The Voyager 1 space probe has merged into a newly discovered zone at the solar system’s edge, and scientists think the craft’s next destination could be interstellar space. Measurements from Voyager’s erratic transition, presented at a meeting in December (SN: 1/12/13, p. 17) and in the June 27 Science, reveal that the probe no longer encounters particles emanating from the sun. But Voyager 1 still feels the effects of the sun’s spiral magnetic field. Voyager team scientists think this realm could represent the last leg of Voyager’s journey out of the solar system.
A change in the orientation of the magnetic field will likely herald the probe’s entry into interstellar space. When this will happen “is anybody’s guess,” says Leonard Burlaga, a Voyager team member at NASA’s Goddard Space Flight Center in Greenbelt, Md. But the timing of another Voyager milestone is certain: The plutonium that powers the spacecraft’s instruments will run out in 2020. The team hopes the probe will escape the solar system before then, Burlaga says. “We're looking forward to seeing that interstellar medium.”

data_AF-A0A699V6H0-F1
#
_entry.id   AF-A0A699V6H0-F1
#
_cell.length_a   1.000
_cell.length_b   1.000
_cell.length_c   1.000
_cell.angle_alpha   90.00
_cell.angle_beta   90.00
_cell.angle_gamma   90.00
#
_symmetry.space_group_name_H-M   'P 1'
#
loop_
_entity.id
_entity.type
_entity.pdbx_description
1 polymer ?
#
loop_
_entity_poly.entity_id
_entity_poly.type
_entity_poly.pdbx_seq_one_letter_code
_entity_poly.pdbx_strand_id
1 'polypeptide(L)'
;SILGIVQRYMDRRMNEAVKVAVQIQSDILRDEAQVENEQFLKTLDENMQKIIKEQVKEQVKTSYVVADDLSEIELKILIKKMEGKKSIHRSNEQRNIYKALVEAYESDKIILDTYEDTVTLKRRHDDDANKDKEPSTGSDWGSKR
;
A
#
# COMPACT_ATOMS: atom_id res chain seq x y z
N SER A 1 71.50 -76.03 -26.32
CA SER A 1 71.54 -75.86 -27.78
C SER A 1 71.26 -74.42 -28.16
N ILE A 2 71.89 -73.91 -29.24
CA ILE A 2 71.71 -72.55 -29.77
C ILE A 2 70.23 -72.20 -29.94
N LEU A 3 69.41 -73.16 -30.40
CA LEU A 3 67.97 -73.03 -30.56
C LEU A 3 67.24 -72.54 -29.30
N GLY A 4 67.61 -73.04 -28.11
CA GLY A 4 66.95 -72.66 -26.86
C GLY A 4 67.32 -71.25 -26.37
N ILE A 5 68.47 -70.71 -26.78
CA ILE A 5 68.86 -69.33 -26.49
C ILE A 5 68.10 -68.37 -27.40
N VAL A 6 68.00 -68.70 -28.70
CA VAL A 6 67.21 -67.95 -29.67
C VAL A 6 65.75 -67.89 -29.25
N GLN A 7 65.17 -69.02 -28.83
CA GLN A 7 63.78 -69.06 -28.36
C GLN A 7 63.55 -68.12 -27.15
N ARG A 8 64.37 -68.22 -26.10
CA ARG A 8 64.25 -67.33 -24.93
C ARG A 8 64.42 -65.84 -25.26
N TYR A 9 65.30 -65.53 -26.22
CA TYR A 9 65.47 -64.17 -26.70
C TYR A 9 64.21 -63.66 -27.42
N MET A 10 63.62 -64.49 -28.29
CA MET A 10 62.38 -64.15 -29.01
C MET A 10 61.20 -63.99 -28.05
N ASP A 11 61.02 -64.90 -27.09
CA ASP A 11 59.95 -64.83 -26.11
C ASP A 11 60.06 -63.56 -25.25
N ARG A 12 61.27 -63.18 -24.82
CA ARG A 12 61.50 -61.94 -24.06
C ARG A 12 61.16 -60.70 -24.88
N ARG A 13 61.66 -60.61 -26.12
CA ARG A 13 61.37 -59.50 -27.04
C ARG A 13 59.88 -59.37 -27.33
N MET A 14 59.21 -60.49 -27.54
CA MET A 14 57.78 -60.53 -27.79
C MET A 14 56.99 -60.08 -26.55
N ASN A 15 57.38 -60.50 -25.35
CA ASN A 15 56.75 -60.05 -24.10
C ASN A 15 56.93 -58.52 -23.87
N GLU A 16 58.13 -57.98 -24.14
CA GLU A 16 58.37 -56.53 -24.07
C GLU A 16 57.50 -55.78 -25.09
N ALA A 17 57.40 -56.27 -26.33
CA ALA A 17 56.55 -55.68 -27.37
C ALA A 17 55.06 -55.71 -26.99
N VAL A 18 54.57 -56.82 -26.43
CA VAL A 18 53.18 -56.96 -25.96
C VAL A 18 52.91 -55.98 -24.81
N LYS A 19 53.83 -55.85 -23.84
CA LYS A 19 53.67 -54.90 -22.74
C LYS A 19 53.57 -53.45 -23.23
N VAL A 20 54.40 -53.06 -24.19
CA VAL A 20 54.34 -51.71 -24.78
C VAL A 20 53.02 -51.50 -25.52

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S.M. Krimigis et al. Search for the Exit: Voyager 1 at Heliosphere’s Border with the Galaxy. Science. Published June 27, 2013. doi:10.1126/science.1235721 [Go to]
E.C. Stone et al. Voyager 1 Observes Low-Energy Galactic Cosmic Rays in a Region Depleted of Heliospheric Ions. Science. Published June 27, 2013. doi:10.1126/science.1236408 [Go to]
T. Lewis. Voyager crossing superhighway to solar system exit. Science News. Vol. 183 #1, January 12, 2013. Available online: [Go to]
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